Now imagine a woman whose boyfriend beat her senseless. Yet after she left the hospital, she went right back to him. Even defended him when he was arrested and put on trial for beating her. The rest of the world recoils in horror: “How could she possibly? What’s wrong with her? Where’s her sense? He beats her! Doesn’t she realize he’s an enemy?”

Well no, she doesn’t. Because she loves him. She fell in love with him despite the beatings. She finds it easy to forgive what most of us would consider unforgivable. We’d toss him in prison, and joke about how the convicts will probably beat him even worse, and maybe rape him a little. Whereas she’d turn the other cheek.

That’s what loving one’s enemy looks like. Even though she may not realize she’s loving her enemy; when you love ’em they’re not so easy to recognize as enemies.

Other abuse victims don’t love their abusers, and never did. They’re fully aware their abusers are enemies; it’s why they plot revenge, or seek a form of “justice” which hurts the abuser. They can’t possibly imagine forgiving their abusers, or establishing any real relationship with ’em. If you suggest they forgive their enemies, they’d tell you to go f--- yourself; how dare you suggest any form of grace towards their enemy.

When Jesus spoke about loving one’s enemies, he was teaching Galileans who’d lived under Roman oppression for the last half century. The Romans didn’t follow any kind of due process: If you got in their way they’d smack you, if you talked back they’d stab you, and if they thought you were a criminal they’d flog or crucify you. If a soldier decided to bully you for fun, or just to show off his might, he easily could; your life was in his hands. Romans were some of the worst kind of abusers. But you gotta love them.

Loving one’s enemies looks exactly like the abused woman who goes back to her boyfriend. And if this offends you… well that’s normal. It’s probably how Jesus’s listeners took it when he first started talking about turning the other cheek.

Y’see, grace isn’t fair. True forgiveness feels utterly contrary to human nature. Treating our foes better than they deserve—much like forgiving an abusive boyfriend—feels kinda foolish, stupid, and outrageous.

Human nature feels more like Lemékh described it in Genesis:

Genesis 4.23-24 KWL
23 Lemékh says to his women, Adá and Zillá, “Listen to my voice, Lemékh’s women; give your ears to my saying.
I killed a man for injuring me, and a boy for bruising me.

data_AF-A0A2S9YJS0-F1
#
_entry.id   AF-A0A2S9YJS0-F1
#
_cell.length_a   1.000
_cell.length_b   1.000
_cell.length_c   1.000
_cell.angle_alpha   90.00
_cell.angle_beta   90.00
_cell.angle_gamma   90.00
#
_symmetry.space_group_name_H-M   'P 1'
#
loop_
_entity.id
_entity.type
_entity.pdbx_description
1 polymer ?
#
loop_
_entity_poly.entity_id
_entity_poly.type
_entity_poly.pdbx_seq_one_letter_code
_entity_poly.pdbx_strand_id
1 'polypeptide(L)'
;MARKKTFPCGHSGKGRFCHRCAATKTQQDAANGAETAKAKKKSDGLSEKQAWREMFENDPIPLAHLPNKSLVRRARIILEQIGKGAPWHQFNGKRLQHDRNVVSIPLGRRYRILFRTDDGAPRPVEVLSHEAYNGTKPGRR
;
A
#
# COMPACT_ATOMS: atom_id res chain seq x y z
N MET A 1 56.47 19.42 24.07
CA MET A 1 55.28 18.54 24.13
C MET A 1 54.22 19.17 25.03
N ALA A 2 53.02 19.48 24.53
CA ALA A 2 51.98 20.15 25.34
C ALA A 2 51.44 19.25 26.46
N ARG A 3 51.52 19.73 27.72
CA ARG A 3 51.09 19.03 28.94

24 If seven people die in revenge for Cain,
seventy-seven die for Lemékh.”

We often say human nature seeks eye-for-eye reciprocity, but that’s not even close: Human nature seeks satisfaction. We take revenge till we feel satisfied… and some people are never satisfied. We don’t trade bruise for bruise, insult for insult: We kill people who insult us, or kill their whole family in revenge. Simeon and Levi ben Jacob murdered an entire city because its prince raped their sister; Haman wanted to wipe out every Jew in the Persian Empire because a single Jew wouldn’t bow to him. Human nature is to overkill.

The LORD had to legislate the whole eye-for-eye thing, Ex 21.24 which is a significant improvement on what we humans usually do in response. And still Jesus expects better of us.

That’s why “Love your enemies” irritates even the most devout Christians: When people forgive like a woman going back to her abusive boyfriend, our culture immediately figures there’s gotta be something wrong with this woman. She has really low self-esteem, or figures she can’t do any better, or figures she doesn’t deserve better. She must be a masochist who enjoys abuse. Our culture never factors love and forgiveness into the equation. It’s so foreign to the way humans think. Sadly, foreign to the way most Christians think too.

’Cause that’s how the world works. That’s how human nature works. We don’t love enemies. The near-universal response to such an idea is to rescue that woman, whether she wants it or not; and kill (or at least take vengeance upon) that boyfriend.

Love—actual love—doesn’t want revenge. When my dad beat me, either with a belt, a stick, or his fists, I admit there were times I wished I could beat him back. But those revenge fantasies wore off. Love puts thoughts of revenge away. It’s why police, whenever they try to arrest wife-beaters, often find themselves attacked by the beaten wife herself: She doesn’t want vengeance upon her abuser. She loves him.

Do bear in mind I’m in no way excusing abusers. Spouse-beaters, child-beaters, child-molesters, any abusers, need to go to prison for the sake of society. When I find out about such behavior, I never keep it to myself, no matter how much people beg me: I call the police. As one should. There are, and should be, legal consequences for abuse. I have no problem when abusers suffer them. I never want people to go back to their abusers for more. Christians are meant to remove suffering from the world, not look the other way.

But at the same time, forgiveness of one’s enemy is entirely right and Christlike. That’s loving your enemies. Don’t let them hurt you. Do love them.

No, it’s not easy.